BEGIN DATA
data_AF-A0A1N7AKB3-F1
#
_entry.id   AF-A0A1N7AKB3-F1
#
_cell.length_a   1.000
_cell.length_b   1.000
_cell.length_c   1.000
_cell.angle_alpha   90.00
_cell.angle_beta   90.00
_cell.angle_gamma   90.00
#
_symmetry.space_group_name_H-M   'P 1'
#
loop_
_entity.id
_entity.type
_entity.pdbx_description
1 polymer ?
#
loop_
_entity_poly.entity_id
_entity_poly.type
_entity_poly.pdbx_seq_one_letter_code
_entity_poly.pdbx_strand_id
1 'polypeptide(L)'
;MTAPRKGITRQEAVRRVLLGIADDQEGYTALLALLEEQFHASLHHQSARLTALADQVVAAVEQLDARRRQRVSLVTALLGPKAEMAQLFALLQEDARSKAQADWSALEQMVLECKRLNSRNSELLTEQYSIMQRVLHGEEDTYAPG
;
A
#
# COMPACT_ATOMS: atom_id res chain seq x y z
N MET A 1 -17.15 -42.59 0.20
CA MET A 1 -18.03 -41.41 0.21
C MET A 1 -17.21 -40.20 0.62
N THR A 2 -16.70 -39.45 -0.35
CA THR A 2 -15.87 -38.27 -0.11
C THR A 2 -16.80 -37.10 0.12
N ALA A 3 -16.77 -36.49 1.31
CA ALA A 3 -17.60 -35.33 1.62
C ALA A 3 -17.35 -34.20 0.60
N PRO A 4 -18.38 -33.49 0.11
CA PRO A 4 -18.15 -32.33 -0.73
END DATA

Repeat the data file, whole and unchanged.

data_AF-A0A1N7AKB3-F1
#
_entry.id   AF-A0A1N7AKB3-F1
#
_cell.length_a   1.000
_cell.length_b   1.000
_cell.length_c   1.000
_cell.angle_alpha   90.00
_cell.angle_beta   90.00
_cell.angle_gamma   90.00
#
_symmetry.space_group_name_H-M   'P 1'
#
loop_
_entity.id
_entity.type
_entity.pdbx_description
1 polymer ?
#
loop_
_entity_poly.entity_id
_entity_poly.type
_entity_poly.pdbx_seq_one_letter_code
_entity_poly.pdbx_strand_id
1 'polypeptide(L)'
;MTAPRKGITRQEAVRRVLLGIADDQEGYTALLALLEEQFHASLHHQSARLTALADQVVAAVEQLDARRRQRVSLVTALLGPKAEMAQLFALLQEDARSKAQADWSALEQMVLECKRLNSRNSELLTEQYSIMQRVLHGEEDTYAPG
;
A
#
# COMPACT_ATOMS: atom_id res chain seq x y z
N MET A 1 -17.15 -42.59 0.20
CA MET A 1 -18.03 -41.41 0.21
C MET A 1 -17.21 -40.20 0.62
N THR A 2 -16.70 -39.45 -0.35
CA THR A 2 -15.87 -38.27 -0.11
C THR A 2 -16.80 -37.10 0.12
N ALA A 3 -16.77 -36.49 1.31
CA ALA A 3 -17.60 -35.33 1.62
C ALA A 3 -17.35 -34.20 0.60
N PRO A 4 -18.38 -33.49 0.11
CA PRO A 4 -18.15 -32.33 -0.73